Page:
It's not a problem unique to celebrities (though those cases are more public), but those influenced by them. "It's dangerous, and it does happen, even putting in minimal amounts of filler," explains Dr. Doft. She's seeing regret play out firsthand, from people complaining of "lumpy" or uneven filler or just too much of it. "Every week, we're seeing somebody who wants [filler] dissolved that was put in elsewhere," says Dr. Doft. "People are finding that there's too much filler or that over the years, not all the filler has dissolved uniformly — sometimes it dissolves in nonuniform ways; there's an interest in taking that out."
The problem with dissolving filler
Unfortunately, dissolving filler, done by injecting an enzyme called hyaluronidase, can cause issues, too. "You're dissolving filler made of hyaluronic acid, but you also have natural hyaluronic acid," explains Dr. Doft. "So when you're dissolving [filler], it tends to over dissolve your natural hyaluronic acid, making you look a little saggier or a little more hollow. Then, it's hard for the patient because they could look worse than their baseline. Your body will replenish it, but it takes a while."
People are also disillusioned by the cadaver studies that indicate filler may never fully leave the body once injected. A 2020 ultrasound study looked at the "bio-integration" of hyaluronic acid injections into the skin's subcutaneous cellular tissue, finding thirty days after injection, researchers found a "total integration" of HA in the tissue. This is not bad or worrisome, but speaks to the fact that filler injections change the soft tissue of the skin on a cellular level and may be more difficult to completely reverse.
"I think there's enough information out there for people to think, maybe fillers are not so great for you," offers Dr. Doft, explaining that there are alternatives. "Sometimes we're using filler as a catchall," explains Dr. Doft. "I say that all the time. Instead of injecting your lips, we could do a peel or a laser to brighten your skin, or let's do something different with your skincare."
One alternative is platelet-rich plasma (PRP) treatment, which injects a concentration of a person's own platelets (taken from a blood sample) back into their skin via microneedling. The treatment stimulates collagen and elastin. NYC-based blogger Roma Abdesselam (she goes by Stay At Home Daughter) recently posted about switching from fillers to PRP therapy. While PRP is not a filler alternative — it's not going to change the contours of your face or plump your lips — it can help improve skin quality, which might be an effective treatment for some people. "Will I get fillers in the future? 100% yes," explains Abdesselam in the caption. "But [right now] I'm really enjoying how natural my PRP looks."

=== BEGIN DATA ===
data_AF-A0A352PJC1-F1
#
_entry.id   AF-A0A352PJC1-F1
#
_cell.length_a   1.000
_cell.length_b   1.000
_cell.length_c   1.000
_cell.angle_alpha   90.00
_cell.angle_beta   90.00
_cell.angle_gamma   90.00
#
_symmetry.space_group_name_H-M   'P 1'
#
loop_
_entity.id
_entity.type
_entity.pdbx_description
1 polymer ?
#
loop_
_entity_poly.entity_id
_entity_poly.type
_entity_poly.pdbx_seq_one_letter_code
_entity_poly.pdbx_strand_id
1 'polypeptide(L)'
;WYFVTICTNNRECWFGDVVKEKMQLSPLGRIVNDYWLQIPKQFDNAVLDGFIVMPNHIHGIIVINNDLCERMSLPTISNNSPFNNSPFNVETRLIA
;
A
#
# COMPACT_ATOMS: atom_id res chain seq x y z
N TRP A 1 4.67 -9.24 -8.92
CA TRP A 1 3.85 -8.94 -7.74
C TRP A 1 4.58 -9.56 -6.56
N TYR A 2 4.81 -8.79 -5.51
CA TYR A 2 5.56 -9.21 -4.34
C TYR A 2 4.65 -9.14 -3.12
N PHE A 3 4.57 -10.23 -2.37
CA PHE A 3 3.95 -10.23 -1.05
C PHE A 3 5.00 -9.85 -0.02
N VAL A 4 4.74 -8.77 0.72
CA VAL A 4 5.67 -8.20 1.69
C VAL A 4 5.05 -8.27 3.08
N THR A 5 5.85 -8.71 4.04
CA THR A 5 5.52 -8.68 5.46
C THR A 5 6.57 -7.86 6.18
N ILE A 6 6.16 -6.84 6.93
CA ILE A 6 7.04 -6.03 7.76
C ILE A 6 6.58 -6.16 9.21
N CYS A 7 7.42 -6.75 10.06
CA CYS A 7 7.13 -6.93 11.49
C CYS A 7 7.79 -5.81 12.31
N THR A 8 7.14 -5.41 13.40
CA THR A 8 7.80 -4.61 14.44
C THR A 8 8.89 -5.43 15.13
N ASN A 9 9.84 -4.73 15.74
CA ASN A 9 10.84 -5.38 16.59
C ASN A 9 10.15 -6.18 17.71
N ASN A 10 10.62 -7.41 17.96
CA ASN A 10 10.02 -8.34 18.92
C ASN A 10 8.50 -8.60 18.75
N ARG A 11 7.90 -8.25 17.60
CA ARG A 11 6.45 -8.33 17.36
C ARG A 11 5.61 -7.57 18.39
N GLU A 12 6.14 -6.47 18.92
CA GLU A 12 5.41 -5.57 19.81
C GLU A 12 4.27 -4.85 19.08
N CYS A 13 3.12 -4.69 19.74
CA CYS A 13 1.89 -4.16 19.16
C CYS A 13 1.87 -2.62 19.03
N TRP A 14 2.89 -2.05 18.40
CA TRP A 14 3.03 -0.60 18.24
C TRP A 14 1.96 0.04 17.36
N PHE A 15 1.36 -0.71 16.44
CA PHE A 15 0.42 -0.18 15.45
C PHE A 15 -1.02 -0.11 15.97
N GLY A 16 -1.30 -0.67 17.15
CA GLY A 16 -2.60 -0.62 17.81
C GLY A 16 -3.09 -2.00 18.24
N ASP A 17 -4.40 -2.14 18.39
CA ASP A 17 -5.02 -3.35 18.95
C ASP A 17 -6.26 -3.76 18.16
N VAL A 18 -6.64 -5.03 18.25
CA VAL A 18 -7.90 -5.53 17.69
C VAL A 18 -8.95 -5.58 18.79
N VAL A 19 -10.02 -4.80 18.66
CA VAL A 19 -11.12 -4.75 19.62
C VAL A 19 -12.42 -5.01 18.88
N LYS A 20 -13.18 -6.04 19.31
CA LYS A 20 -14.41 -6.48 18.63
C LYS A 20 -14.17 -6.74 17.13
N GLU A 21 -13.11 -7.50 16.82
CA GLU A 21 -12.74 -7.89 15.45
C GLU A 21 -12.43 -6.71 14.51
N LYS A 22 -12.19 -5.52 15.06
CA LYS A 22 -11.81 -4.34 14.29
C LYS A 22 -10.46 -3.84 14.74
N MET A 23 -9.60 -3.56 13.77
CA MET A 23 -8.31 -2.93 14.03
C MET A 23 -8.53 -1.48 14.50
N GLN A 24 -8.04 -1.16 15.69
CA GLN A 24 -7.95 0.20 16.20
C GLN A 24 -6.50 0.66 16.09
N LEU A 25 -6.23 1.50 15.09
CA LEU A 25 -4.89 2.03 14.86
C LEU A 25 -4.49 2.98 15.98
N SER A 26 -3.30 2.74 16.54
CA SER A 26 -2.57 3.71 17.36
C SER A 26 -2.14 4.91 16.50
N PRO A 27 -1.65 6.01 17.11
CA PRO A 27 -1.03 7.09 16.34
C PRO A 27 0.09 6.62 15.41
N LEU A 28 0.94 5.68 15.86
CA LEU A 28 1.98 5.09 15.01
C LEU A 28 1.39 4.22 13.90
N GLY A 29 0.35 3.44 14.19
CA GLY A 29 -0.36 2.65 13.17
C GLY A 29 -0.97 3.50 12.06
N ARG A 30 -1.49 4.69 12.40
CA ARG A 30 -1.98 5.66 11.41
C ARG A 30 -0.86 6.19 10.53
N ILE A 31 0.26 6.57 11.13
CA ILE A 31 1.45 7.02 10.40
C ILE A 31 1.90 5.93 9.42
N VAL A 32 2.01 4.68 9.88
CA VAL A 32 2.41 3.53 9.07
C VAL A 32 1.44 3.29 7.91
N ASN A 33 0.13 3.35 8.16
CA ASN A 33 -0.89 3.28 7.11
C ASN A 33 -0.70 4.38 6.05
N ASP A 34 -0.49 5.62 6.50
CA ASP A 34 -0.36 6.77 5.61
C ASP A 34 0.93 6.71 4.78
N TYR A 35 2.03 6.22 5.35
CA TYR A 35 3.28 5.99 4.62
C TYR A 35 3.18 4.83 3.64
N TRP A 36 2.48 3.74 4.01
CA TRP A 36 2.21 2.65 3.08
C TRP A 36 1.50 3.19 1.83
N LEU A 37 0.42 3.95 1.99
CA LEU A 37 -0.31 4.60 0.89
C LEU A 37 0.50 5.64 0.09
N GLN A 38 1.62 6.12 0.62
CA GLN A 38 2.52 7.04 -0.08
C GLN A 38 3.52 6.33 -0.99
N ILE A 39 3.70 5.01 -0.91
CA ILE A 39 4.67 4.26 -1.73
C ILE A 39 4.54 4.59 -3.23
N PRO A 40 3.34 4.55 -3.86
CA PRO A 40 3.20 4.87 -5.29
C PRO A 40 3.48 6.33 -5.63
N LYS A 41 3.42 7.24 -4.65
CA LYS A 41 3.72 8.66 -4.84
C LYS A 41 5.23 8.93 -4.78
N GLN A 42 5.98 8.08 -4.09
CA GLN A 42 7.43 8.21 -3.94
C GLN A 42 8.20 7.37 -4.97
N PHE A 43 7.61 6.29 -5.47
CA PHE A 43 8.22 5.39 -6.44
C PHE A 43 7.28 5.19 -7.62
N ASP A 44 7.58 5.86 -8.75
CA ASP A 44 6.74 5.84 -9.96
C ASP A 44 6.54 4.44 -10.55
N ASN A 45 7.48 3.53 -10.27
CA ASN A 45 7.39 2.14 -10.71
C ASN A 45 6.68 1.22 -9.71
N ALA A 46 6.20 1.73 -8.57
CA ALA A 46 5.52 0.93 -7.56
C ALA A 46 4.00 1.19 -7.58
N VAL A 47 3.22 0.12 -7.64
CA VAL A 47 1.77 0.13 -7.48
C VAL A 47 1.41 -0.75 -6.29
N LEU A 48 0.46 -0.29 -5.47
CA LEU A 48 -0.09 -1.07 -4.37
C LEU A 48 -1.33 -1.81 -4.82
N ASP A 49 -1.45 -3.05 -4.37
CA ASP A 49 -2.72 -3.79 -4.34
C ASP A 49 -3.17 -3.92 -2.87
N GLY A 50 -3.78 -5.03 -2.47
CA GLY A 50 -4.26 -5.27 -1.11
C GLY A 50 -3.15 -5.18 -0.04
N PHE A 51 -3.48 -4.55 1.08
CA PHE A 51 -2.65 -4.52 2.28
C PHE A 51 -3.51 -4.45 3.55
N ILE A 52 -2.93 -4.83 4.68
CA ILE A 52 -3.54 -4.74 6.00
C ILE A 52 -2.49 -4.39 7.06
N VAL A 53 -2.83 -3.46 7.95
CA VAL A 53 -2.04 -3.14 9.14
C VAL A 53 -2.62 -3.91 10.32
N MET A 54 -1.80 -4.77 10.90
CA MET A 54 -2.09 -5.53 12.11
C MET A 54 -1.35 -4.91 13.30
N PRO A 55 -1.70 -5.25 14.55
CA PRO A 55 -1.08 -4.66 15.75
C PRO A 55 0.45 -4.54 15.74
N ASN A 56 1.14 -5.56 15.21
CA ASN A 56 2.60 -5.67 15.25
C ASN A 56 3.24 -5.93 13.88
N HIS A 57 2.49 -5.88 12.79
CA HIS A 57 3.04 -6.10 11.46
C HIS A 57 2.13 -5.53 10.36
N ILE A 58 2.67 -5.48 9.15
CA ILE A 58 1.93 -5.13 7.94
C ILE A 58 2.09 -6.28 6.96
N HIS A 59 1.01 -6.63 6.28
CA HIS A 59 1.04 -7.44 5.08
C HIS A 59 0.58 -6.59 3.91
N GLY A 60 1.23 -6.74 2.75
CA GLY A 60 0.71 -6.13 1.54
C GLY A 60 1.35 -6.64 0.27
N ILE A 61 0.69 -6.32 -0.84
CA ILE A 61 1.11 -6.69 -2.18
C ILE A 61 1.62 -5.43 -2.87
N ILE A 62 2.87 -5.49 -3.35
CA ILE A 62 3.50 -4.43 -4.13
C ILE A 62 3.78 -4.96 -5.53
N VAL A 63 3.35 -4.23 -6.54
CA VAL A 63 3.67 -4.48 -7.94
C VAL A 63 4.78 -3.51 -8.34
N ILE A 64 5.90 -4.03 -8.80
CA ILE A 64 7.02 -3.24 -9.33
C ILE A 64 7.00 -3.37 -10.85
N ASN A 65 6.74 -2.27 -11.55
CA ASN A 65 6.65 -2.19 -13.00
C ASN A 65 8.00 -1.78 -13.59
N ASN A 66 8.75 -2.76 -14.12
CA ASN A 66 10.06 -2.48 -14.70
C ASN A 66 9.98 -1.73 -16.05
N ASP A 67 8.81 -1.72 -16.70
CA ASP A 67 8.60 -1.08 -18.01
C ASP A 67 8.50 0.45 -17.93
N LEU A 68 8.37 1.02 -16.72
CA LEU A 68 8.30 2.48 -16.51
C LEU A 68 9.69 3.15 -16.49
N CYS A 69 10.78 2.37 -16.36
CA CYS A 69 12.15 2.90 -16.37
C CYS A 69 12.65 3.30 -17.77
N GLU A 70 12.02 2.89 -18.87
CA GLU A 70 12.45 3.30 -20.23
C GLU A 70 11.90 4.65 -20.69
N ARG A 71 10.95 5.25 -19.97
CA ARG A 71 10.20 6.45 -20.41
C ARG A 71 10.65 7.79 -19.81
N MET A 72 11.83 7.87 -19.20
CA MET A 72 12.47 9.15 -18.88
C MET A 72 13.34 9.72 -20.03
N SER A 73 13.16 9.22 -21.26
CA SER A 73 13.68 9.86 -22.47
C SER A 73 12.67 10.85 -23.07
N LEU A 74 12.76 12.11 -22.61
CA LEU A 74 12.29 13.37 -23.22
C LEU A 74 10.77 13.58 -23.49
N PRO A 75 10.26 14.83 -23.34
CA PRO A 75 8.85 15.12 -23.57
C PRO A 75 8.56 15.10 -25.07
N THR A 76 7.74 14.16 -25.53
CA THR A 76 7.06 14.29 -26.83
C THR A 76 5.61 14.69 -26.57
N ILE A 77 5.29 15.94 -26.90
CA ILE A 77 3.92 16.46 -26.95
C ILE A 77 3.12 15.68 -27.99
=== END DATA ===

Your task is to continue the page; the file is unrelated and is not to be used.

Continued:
If you're looking to enhance your upper lip without filler, a lip flip may be an alternative. Instead of hyaluronic acid gel injected into the lips, Botox is placed directly above the lip to weaken the muscle above the mouth and create a slight 'flip' to the upper lip, creating a fuller appearance. While most doctors still prefer filler to Botox when it comes to addressing the lip area, it might be worth talking to your doctor to see if a lip flip might be a better option for you, especially if you're wary of filler.
But filler is not something to be scared of. If anything, through my reporting I've found that filler in the hands of a trained medical professional is safe and if it makes you feel more confident, go for it. My biggest recommendation is do your research (which you're already doing by reading this) and consider the stories of regret as seriously as the rave reviews.
Personally, as someone with access to filler — who’s been recommended different forms a few times — I’ve found it most helpful to take filler-related content as someone's personal story and not a general aesthetic prescription. Filler is not like a Drunk Elephant moisturizer that you can try once and move on once the last pump is gone; it stays with you, and there’s a risk of regret, which is a significant de-influencing factor. Of course, you do you, but I’m sticking with my plumping lip gloss.